When we rode past a ‘Welcome to Colorful Colorado!’ sign we had officially left the Land of Enchantment. Within minutes we found ourselves ascending into the lower Rocky Mountains toward Durango. I had heard of this town before from a friend, and they highly recommended going there whenever possible. With Rocky Mountain High blaring on the radio as we sailed into the lower Rockies, Abigail, a gal on the trip who had slept through the drive into the mountains, was routinely slamming her unconscious noggin against the van window much to our amusement and delayed concern. The glorious American road ahead of us and the dust of the desert behind, we had entered a whole new world just across the border from New Mexico.
We blew into town and made our way to the historic Strater Hotel. A picture in time, the large late 1800’s hotel had stood the test of time and seemingly gotten better with age. Walking in, one smells a subtle scent of red oak and grandmas house with the welcoming aromas of freshly cleaned carpets and burlesque waitresses briskly passing by with trays of bourbon and glasses. Incredible woodwork embellishing the interior lit by ancient chandeliers, the subtle glow of oil lamps and conversation from of the olde tyme bar within, and the brilliant front windows flooding the lobby with the rays of a most beautiful Saturday .The allegedly haunted hotel felt comfortable and welcoming, but two of the amigos on the trip, (the only other males on the trip out of the 10 of us, not necessarily a bad thing) and myself were on a mission to find a music store to purchase an inexpensive guitar for the trip and beyond.
We walked the clean, colorful, cool streets of downtown Durango towards a place we had seen on the drive in. After a short and telling encounter with some delightfully toothless vegabonds who we would later realize were pretty much the only homeless people in Durango, we continued on and like a beacon in the night a sign ahead read “BAND WAGON MUSIC STUDIO” with a giant guitar on it that beckoned us forward. Before entering the store, outside of it was a group of people playing music outside. Like their own private gig, open invitation, saturday jam session. The owner of the store, Tim, introduced himself and invited us to play. I play the drums among other things, James picked up an acoustic electric calling his name and Lin sat with a jet black bass. We all fit into place like we were expected to show up.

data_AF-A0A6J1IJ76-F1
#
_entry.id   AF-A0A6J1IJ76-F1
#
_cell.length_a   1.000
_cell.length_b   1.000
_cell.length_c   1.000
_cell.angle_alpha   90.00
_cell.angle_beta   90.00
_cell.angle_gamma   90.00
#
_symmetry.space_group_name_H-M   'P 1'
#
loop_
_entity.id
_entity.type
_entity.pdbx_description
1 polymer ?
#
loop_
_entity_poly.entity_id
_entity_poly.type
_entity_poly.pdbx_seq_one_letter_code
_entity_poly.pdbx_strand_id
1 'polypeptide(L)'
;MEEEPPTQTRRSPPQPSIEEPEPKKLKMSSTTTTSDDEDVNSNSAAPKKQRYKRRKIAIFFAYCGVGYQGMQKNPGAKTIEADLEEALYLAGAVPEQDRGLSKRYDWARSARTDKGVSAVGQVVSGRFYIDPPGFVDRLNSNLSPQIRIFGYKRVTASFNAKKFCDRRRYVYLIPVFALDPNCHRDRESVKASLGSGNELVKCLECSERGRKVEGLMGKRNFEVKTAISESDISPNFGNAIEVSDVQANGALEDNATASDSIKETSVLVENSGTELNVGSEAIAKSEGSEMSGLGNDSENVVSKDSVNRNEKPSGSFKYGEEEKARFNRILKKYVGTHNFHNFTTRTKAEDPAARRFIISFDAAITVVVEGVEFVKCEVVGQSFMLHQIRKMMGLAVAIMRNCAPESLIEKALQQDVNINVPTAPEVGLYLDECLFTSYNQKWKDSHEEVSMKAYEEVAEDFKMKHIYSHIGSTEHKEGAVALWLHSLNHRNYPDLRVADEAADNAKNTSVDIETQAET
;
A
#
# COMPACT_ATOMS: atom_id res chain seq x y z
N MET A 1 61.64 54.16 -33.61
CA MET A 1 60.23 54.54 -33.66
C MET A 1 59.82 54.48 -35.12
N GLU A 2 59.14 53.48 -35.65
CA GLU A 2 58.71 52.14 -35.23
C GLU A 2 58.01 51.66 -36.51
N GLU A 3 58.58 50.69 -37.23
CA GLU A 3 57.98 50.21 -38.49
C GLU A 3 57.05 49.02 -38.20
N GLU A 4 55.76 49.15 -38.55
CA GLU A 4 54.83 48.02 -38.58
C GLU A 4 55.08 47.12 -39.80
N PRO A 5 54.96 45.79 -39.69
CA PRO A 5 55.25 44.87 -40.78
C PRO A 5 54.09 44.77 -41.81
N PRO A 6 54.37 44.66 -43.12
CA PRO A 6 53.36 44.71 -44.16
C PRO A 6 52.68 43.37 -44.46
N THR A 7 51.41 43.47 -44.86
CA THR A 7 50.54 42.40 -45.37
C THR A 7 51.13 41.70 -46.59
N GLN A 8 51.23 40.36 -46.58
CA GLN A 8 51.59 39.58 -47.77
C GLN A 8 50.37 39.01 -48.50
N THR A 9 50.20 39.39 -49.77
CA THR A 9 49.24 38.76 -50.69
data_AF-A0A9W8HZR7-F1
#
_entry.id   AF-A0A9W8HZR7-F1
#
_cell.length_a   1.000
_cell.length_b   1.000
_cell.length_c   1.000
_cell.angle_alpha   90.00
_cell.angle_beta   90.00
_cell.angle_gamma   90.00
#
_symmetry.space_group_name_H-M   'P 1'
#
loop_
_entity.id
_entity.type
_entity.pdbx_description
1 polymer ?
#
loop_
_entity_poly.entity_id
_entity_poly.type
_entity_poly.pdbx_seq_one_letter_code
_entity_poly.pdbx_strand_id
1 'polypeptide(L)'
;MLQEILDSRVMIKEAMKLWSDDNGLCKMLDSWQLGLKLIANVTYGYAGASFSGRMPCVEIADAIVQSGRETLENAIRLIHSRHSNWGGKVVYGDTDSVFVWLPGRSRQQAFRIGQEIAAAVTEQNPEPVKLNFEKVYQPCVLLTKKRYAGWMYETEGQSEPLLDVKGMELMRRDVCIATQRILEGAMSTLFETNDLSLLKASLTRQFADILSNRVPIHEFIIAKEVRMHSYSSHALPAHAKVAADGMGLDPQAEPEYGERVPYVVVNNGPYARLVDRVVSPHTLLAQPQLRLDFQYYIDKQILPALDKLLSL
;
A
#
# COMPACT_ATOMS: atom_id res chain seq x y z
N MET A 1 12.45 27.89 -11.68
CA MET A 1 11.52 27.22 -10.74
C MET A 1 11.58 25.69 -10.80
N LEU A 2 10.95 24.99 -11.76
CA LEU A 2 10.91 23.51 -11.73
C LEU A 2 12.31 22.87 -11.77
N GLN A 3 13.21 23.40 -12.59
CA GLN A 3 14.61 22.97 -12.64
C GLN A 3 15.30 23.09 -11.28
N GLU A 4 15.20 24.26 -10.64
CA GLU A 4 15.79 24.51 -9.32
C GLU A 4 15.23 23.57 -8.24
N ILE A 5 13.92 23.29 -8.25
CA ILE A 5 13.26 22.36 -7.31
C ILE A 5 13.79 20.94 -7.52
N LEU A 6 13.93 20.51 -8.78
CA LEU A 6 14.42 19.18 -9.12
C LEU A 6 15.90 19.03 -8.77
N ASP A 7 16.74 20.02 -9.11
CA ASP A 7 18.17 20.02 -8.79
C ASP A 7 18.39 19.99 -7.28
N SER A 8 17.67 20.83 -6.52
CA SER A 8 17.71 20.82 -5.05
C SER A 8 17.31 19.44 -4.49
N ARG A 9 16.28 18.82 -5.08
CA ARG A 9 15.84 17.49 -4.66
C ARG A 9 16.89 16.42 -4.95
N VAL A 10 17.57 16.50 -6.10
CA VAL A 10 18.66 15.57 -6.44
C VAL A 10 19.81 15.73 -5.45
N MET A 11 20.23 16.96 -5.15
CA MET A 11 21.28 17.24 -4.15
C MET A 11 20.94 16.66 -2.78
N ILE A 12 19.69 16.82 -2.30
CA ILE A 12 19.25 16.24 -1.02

There was a elderly player of the Native American flute named Jim with Beautifully handcrafted flutes that he had made. A young man named Augustus shredding lead guitar, a gal named Heidi playing accordion, an middle aged former smoker with a hole in his throat named Brad who could play the Jembe (tall hand drum) like ringing a bell. And of course, Tim the owner on the harmonica and freestyle vocals.
There wasn’t a plan, and it is usually better that way. James layed down something funky and we just started rolling. Our music went from funk to blues and jazz to latin/bossanova to upbeat disco funky poprock & roll Jim jam jubilee and beyond all in about an hour or two of solid playing. Music brings people together in a way that nothing else can which is one of the reasons I love it so much. We played loud and we played with soul, with feel. A crowd formed around the side of the store where we were playing and folks were loving it. Eventually people moved on with their days and some folks had to leave the session. James was then busy finding the right guitar and we had simmered down to some funky polka just Heidi on the accordian and myself on the drums. Within an hour of arriving in Durango we had already played some great live music with people we just met who were great and we got ourselves a guitar for the rest of the trip which came in very handy. Augustus, the guy playing lead guitar, is a student at Fort Lewis who showed us around the spectacular FL campus overlooking the great town nestled between grandiose mountains and large hills.
On our way back down to Durango, a man in a Land Cruiser asked if we needed a ride because he saw the (new) guitar on James’ back. We hoped in the kind stranger’s vehicle and he told us he plays guitar too and was about to set up for a show at a local bar with an outdoor venue in the back. Naturally we had to check it out. And so we arrived at Moe’s Tavern (like from the Simpson’s) and saw some incredible music with a lot of fun people full of life and laughter and the most serene joy. The had the demeanor of folks that once had a vision of where they wanted to lived if they could live anywhere in the world, but no longer thought like that because they had arrived. With day one in Durango, Colorado there were many lessons about living the life you want to live.
First, if you smoke crack, you will loose teeth and become the friendly mountain town bum. Just kidding but not actually drugs are bad for you. I was reminded that no matter what, music is there for you and it can form new bonds with people and strengthen the older bonds. I learned that the same genuine kindness that will get you taken advantage of or taken for a fool in one place will bring you joy and happiness in another. It is all about the people that make the place everywhere you go, but the place also makes the people, and shapes the people that go there. Even if it only takes one day.